The following is an article taken from The McKees Rocks Gazette, Thursday, June 9th, 1904 issue. It details the commencement of Miss Annabell McAnulty, the first nurse to graduate from Ohio Valley Hospital’s School of Nursing Program.
A Brilliant Function – Large Attendance – Eloquent Addresses – Reception, Etc.
INSTITUTION’S PROMISING FUTURE.
The graduation and commencement exercises of the McKees Rocks hospital training school Friday evening were a decided success and a significant event for the local hospital. It was the first occasion of this character and no doubt opened a brighter era for the hospital, which is now in a better position to meet the responsibilities and requirements of the great and growing Greater McKees Rocks than ever before.
The commencement exercises held at the Christian church was a brilliant and interesting social function. About 300 of the many friends of the physicians, nurses and those who had been treated at the institution were present. The platform in the main auditorium was occupied by Dr. J. A. Williams, Dr. Alex McG. Duff and Dr. C. G. Eicher.
Miss Annabell McAnulty was the graduate and honor guest of the evening, and with her on the state were arrayed six of the corps of nurses, and Miss Josephine Scott, the head nurse, all handsomely gowned in full uniform.
Dr. J. A. Williams, president of the Hospital association, made a brief and appropriate address in which he complimented the honor guest upon her excellent and meritorious work at the hospital and related some of the history of the local training school. He said in part, that much credit was due the Ladies’ Auxiliary to the hospital and St. Vincent de Paul Society of McKees Rocks for the great success of the hospital recently, and that these societies made it possible for the institution to cover a broader field and number of patients.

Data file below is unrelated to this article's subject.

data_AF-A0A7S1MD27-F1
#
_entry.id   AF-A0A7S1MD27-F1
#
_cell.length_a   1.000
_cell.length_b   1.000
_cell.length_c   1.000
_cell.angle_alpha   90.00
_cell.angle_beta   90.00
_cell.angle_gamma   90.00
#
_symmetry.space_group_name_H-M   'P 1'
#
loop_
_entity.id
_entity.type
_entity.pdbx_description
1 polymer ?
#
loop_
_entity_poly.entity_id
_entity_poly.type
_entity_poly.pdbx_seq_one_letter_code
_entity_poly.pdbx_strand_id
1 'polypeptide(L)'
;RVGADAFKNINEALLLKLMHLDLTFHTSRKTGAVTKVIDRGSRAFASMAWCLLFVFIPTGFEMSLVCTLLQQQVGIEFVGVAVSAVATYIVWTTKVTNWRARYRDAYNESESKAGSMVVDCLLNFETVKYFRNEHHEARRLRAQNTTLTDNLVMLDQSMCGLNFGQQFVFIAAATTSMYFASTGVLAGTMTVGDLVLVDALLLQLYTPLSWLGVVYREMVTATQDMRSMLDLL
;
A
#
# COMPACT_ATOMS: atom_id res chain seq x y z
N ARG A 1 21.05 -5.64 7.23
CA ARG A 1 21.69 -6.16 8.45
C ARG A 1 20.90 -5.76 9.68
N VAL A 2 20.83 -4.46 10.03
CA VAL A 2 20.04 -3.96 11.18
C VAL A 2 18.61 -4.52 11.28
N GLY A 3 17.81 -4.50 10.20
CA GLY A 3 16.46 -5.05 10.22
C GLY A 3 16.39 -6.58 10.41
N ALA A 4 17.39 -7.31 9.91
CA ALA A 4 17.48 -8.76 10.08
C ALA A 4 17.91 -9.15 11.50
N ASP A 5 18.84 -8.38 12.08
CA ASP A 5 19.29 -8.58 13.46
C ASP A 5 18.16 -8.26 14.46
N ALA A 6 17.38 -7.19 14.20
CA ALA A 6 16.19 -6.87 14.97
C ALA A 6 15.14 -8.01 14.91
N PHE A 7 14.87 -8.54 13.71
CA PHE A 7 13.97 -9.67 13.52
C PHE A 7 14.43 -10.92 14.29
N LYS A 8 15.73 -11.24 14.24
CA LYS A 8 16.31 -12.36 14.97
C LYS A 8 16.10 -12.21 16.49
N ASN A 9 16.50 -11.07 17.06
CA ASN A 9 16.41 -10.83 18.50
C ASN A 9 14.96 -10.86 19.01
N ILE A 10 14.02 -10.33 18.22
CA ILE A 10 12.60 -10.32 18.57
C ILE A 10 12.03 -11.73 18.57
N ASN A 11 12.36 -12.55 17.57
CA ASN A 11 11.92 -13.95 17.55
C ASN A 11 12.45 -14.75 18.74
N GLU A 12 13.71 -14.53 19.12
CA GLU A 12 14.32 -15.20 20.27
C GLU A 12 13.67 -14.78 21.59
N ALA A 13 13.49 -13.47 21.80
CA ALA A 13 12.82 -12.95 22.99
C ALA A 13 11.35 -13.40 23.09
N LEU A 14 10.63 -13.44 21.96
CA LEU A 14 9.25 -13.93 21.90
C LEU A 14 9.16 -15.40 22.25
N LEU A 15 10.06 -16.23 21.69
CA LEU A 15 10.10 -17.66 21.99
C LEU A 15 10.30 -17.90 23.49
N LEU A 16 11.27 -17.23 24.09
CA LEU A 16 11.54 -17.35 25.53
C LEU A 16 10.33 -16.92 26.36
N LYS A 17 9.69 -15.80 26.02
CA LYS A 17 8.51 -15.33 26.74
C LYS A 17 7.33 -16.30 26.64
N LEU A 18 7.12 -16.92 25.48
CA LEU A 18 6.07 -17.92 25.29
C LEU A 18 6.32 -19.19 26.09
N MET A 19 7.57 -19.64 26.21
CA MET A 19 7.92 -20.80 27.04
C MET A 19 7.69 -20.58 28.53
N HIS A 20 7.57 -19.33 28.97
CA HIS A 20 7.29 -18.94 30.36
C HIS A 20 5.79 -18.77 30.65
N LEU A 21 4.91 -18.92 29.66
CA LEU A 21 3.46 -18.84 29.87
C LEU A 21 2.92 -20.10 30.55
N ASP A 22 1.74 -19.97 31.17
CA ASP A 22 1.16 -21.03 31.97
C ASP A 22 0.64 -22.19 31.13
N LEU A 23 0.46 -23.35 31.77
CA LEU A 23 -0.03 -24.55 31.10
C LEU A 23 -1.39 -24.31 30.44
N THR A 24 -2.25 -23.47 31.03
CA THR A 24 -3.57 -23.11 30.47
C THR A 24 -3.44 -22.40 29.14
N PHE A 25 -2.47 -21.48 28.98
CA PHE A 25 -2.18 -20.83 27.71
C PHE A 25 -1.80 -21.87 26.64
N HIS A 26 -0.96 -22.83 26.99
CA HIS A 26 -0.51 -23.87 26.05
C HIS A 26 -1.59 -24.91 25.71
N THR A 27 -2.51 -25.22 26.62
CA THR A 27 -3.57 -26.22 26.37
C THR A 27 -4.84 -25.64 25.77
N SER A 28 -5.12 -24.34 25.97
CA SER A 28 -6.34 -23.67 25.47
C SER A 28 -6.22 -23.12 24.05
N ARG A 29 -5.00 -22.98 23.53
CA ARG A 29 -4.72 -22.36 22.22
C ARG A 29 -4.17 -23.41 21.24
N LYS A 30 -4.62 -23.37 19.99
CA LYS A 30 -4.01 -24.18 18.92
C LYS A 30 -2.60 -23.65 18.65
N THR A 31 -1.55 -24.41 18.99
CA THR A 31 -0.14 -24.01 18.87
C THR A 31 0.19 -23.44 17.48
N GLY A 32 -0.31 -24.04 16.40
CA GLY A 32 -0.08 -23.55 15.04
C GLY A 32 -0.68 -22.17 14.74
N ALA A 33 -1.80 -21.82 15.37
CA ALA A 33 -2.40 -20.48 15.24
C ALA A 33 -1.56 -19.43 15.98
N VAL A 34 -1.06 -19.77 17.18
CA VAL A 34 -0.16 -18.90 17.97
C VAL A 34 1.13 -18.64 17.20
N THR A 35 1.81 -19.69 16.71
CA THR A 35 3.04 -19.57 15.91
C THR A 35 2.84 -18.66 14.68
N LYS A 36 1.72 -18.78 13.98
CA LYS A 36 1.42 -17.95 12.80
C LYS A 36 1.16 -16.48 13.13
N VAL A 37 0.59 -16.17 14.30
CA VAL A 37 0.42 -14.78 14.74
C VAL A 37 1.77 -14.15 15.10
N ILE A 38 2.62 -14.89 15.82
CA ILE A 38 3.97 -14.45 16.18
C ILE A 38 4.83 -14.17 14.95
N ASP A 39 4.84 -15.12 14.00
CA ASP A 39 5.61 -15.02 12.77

Following the address there was a recitation by Miss Ella Marvin, a solo by Mr. James Messick and musical selections by the orchestra.
The diploma was presented by Rev. S. E. Brewster in an eloquent address, in which he dwelt upon the noble calling of the patient and charitable nurses, who were called nurses, but were in his estimation, angels when their work was well done.
Dr. Alex McG. Duff presented the badge and made a neat and fitting address to the recipient, encouraging her in her honorable and noble calling. He said in part: “You may have been inspired to choose this occupation by reading poetry or by the advice of a friend, but after you became acquainted with the bare and hard facts enjoined upon your arduous duties, you no doubt lost sight of the poetry you first anticipated there was in it. Now, what I desire to ask you to do is not to lose sight of the poetry in your profession, no matter what your duties, surroundings or responsibilities may be. It is true that life is largely what we make it, and there is poetry everywhere, if we can only see it in that light.”
The badge, being the first ever awarded by the local hospital, was designed especially for Miss McAnulty. It is circular in form with black enamel back ground and the words “McKeesRocksGeneralHospital” inlaid with gold around the edge. The words “Training School for Nurses” occupy the entire bar. It is a very beautiful emblem and well worthy of typifying three years apprenticeship in the hospital as well as being the first one emanating from McKees Rocks.
At the conclusion of the exercises Dr. Eicher, master of ceremonies, invited the audience to repair the hospital on the hill where a reception was held.
Here several enjoyable hours were spent. Many visitors from the city were present, among them Dr. F. T. Snyder and a delegation of nurses from the Southside hospital. The large ward of the hospital had been vacated and decorated with the National colors for the reception and all nurses that could be spared, gave over their time to serve the guests. Many of the young folks tripped the light fantastic to the renditions of Bridges’ Orchestra and for this particular occasion transformed the scene of affliction and suffering into one of recreation and amusement. Those who did not dance spent pleasant hours in cheerful intercourse in the hospital and on the verandas.
Miss McAnulty, the graduate, spent two years of her course in the Southside hospital, and finished with one year at the McKees Rocks hospital. The local training school being established and under the able management of Miss Josephine Scott, all nurses who serve the required term hereafter will graduate and receive diplomas and badges.
Miss Scott has held responsible positions in several of the leading hospitals of this State and the benefit of her experience is already apparent here. The McKees Rocks hospital now has a more promising future than at any time during its history.